Ectopic expression of IL-5 identifies an additional CD4+ T cell mechanism of airway eosinophil recruitment

Jeffrey R. Crosby, H. H. Shen, M. T. Borchers, J. P. Justice, T. Ansay, J. J. Lee, N. A. Lee

Research output: Contribution to journalArticlepeer-review

16 Scopus citations


CD4+ T cells have a critical role in the development of allergic pulmonary inflammation, including the recruitment of eosinophils to the air-way lumen and interstitium. The expression of interleukin (IL)-5 by CD4+ cells has, in particular, often been lionized as the central link between allergic inflammation and the concomitant expansion or recruitment of eosinophils. The mechanism(s) by which CD4+ T cells mediates eosinophil recruitment was assessed with gene knockout mice deficient for T cells or T cell subtypes and a unique IL-5 transgenic mouse (line NJ. 1726) that constitutively overexpresses this cytokine in the lung epithelium. Pulmonary IL-5 expression is significantly attenuated in T cell- and CD4+ but not CD8+ cell-deficient animals, suggesting an obvious explanation for the lack of eosinophils in the lungs of T cell-deficient and CD4(-/-) mice. However, although the constitutive expression of IL-5 in the lung epithelium of NJ.1726 mice elicited an eosinophilia in the airway lumen of both naive and ovalbu-rain-treated mice, in the absence of CD4+ cells, allergen-mediated eosinophil recruitment to the bronchoalveolar lavage fluid was abolished. Moreover, intranasal instillation of the potent eosinophil-specific chemokine eotaxin-2 was incapable of eliciting eosinophil recruitment in naive and ovalbumin-treated NJ.1726 CD4(-/-) mice, suggesting that eosin-ophil trafficking during allergic inflammatory responses is a consequence of a CD4+ cell-mediated event(s) in addition to IL-5 expression and the establishment of a pulmonary chemokine gradient.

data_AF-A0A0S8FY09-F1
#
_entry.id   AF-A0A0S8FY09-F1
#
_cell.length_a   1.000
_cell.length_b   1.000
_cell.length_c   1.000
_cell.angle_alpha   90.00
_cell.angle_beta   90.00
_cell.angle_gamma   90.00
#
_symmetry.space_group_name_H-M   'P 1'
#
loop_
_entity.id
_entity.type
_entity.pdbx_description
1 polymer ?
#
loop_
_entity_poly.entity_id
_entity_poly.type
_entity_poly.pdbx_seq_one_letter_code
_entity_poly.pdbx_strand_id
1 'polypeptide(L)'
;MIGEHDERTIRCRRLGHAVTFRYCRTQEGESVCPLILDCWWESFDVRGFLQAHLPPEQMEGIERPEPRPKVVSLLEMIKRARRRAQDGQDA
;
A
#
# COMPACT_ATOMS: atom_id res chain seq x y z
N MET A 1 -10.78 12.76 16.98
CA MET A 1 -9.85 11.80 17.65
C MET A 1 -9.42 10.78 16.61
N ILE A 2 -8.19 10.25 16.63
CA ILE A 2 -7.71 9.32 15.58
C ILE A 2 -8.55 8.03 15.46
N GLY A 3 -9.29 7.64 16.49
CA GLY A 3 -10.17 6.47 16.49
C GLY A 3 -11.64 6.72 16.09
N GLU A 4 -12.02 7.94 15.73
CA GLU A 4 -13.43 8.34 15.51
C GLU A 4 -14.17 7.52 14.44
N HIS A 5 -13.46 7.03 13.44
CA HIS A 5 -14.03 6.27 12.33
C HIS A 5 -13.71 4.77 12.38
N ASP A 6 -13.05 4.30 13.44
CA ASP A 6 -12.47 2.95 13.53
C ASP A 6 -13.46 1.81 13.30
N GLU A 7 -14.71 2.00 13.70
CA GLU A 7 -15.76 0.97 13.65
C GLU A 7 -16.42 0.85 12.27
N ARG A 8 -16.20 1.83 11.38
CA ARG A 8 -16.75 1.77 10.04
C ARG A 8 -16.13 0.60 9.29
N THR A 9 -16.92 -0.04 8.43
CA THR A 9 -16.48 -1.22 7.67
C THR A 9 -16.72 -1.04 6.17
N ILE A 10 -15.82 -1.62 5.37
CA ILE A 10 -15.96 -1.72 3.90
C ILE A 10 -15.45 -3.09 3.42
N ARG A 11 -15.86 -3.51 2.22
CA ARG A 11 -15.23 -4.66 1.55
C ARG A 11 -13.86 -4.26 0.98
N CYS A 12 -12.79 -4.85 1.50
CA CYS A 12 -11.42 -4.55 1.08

Original languageEnglish (US)
Pages (from-to)L99-L108
JournalAmerican Journal of Physiology - Lung Cellular and Molecular Physiology
Issue number1 26-1
StatePublished - 2002


  • Allergy
  • Asthma
  • Gene knockout
  • Interleukin-5
  • Mouse model
  • Transgenic

ASJC Scopus subject areas

  • Physiology
  • Pulmonary and Respiratory Medicine
  • Physiology (medical)
  • Cell Biology


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